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Feds invest in insect production
Feds invest in insect production

The Centre de recherche agroalimentaire de Mirabel could receive more than $210,000

By Diego Flammini
Staff Writer
Farms.com

The Canadian government is providing financial support to help develop alternative food sources.

Yesterday, Mélanie Joly, minister of Canadian heritage, announced the Centre de recherche agroalimentaire de Mirabel (CRAM) in Mirabel, Que. will receive up to $210,970 to help scientists enhance several variables the edible insect industry. Those items include production conditions, processing methods and automated production.

She made the announcement on behalf of federal ag minister Lawrence MacAulay.

“This funding will help contribute to the growing body of knowledge on insect rearing and production for food and feed and will help position Canada as a leader in this fast-growing sector,” she said in a statement yesterday.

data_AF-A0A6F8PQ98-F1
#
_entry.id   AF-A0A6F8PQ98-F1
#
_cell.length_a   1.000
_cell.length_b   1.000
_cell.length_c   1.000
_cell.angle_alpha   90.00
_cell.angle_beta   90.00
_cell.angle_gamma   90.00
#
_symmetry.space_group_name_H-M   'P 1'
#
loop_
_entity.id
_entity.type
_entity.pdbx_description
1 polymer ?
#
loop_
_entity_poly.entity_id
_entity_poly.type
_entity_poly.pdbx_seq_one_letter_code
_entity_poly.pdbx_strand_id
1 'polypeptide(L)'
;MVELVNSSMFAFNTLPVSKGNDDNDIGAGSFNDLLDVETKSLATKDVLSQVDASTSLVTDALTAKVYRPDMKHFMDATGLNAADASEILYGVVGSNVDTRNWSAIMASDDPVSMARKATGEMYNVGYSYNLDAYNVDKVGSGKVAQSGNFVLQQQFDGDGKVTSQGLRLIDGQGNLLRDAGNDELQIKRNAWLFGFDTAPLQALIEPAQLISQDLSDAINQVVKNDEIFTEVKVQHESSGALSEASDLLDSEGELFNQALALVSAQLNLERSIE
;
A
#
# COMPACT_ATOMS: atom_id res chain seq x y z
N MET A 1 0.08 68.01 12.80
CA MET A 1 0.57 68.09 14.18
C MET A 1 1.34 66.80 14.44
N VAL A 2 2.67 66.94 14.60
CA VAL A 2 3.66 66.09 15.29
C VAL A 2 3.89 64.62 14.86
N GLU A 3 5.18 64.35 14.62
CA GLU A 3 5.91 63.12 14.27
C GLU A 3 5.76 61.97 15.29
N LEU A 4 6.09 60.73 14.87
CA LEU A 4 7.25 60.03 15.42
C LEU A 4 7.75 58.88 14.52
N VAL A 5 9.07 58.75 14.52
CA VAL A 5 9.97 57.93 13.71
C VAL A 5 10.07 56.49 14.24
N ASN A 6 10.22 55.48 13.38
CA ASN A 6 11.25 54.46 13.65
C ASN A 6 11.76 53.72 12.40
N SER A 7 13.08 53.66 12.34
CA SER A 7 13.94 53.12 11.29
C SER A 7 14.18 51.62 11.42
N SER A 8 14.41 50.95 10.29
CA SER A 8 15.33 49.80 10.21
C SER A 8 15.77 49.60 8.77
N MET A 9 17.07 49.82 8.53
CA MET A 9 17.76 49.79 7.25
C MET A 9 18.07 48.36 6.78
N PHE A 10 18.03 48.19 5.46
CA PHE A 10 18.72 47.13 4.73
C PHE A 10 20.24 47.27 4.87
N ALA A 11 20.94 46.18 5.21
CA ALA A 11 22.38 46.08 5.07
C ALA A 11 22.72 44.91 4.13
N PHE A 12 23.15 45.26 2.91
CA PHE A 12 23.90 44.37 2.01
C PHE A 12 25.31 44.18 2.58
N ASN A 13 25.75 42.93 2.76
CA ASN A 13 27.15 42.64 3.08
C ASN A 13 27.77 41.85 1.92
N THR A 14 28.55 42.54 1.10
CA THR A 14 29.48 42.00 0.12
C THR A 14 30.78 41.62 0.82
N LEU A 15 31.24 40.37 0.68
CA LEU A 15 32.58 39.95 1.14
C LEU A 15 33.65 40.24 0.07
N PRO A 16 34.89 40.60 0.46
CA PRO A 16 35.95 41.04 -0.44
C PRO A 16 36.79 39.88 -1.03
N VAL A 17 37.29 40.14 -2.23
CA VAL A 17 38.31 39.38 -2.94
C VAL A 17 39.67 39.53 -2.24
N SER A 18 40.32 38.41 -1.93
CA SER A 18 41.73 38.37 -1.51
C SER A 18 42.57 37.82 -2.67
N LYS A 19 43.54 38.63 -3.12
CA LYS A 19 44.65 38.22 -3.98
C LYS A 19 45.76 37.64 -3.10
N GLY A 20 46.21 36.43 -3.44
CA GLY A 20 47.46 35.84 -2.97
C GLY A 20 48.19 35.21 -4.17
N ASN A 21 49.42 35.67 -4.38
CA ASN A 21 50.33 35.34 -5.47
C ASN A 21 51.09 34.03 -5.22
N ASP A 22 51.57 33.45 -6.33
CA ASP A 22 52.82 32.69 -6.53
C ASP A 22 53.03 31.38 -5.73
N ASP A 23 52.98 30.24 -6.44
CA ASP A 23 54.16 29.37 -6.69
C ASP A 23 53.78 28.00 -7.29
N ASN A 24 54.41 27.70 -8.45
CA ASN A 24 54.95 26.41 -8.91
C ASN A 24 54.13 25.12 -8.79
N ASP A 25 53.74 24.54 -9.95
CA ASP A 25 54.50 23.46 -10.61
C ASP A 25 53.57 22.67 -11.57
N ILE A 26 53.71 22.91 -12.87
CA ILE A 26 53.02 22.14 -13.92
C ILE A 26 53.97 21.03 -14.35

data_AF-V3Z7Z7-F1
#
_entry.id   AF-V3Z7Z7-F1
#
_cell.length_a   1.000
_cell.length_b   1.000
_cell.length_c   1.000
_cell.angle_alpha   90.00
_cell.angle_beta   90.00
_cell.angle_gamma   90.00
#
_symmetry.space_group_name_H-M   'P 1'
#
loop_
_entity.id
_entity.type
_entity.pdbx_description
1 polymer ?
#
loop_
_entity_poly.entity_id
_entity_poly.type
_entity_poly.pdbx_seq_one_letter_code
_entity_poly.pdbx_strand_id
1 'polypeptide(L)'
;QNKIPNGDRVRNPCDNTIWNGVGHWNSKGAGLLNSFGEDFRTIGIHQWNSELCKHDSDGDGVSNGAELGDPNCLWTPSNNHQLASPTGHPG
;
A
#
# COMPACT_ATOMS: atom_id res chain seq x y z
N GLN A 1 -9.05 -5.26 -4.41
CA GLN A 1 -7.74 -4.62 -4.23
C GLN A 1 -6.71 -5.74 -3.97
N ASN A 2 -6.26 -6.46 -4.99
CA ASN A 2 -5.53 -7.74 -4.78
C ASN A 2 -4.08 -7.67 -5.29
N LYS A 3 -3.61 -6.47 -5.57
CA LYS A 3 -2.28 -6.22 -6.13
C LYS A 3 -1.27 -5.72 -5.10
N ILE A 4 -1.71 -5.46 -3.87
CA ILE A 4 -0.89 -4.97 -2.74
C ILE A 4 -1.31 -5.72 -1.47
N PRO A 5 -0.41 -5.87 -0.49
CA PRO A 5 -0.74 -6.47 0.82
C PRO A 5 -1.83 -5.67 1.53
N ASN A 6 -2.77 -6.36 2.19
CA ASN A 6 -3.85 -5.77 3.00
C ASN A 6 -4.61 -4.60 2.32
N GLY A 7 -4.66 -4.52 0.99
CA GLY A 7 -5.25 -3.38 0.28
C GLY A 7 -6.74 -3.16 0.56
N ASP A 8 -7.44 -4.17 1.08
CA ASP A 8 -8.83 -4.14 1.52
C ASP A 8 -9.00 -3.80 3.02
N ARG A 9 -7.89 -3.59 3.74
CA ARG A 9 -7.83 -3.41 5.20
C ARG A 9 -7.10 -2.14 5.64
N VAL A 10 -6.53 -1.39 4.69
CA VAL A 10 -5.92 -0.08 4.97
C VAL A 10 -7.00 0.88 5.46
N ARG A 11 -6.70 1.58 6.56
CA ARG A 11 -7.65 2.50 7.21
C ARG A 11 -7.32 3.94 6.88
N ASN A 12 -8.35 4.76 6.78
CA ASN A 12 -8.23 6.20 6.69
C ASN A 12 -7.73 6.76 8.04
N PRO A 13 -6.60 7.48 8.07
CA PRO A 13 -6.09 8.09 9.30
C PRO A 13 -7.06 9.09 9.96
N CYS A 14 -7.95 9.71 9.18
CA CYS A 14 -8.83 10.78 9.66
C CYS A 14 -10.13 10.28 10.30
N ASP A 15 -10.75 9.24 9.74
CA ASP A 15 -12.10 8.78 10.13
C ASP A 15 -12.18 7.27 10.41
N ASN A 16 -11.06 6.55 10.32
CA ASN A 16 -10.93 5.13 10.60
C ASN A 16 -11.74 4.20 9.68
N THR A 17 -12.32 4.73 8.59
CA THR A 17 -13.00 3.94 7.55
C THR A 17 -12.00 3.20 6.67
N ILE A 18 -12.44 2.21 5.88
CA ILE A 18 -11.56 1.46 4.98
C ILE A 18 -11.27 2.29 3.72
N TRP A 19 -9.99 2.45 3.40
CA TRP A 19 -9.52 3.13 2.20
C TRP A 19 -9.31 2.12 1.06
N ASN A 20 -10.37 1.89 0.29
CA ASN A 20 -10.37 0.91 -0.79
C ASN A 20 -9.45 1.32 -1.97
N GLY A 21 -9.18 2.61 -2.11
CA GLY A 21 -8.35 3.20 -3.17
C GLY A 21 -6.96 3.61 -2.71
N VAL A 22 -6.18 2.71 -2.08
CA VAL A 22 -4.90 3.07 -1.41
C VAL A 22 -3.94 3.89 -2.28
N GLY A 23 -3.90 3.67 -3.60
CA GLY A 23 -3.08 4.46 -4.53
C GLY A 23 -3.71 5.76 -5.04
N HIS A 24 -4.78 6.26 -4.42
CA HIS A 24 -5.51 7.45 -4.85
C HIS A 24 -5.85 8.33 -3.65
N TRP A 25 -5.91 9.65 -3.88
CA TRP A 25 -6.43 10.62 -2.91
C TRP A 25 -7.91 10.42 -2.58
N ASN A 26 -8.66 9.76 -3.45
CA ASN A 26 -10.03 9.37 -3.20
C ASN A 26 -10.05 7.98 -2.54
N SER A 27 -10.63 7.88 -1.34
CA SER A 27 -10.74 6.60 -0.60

The funding could be used to allow growers to produce high-quality insects at a competitive cost and expand into new markets, including pharmaceuticals and soil fertilizer.

Producers in the insect sector are happy to see governments lend their support to the industry.

“There are governments all over the world that are investing heavily into this space,” Jarrod Goldin, co-founder of Entomo Farms, told Farms.com today. Earlier this year, the company entered an agreement with Loblaws to have its cricket powder on store shelves.

The feds’ confidence in the insect industry may spark other investments in the sector, Goldin said.

“It would be great to see even more support behind” insect farming, he said. “With the right kind of investments, we can present evidence about how the industry works and opportunities it provides.”

CRAM representatives also look forward to expanding the insect industry.

"The production of insects for human and animal consumption is a developing sector in Quebec and elsewhere in Canada,” Caroline Provost, executive director of CRAM, said in a statement yesterday. “This industry has immense potential, given the markets that are emerging and the low environmental impact of insect production.”

Cricket farm/Entomo Farms photo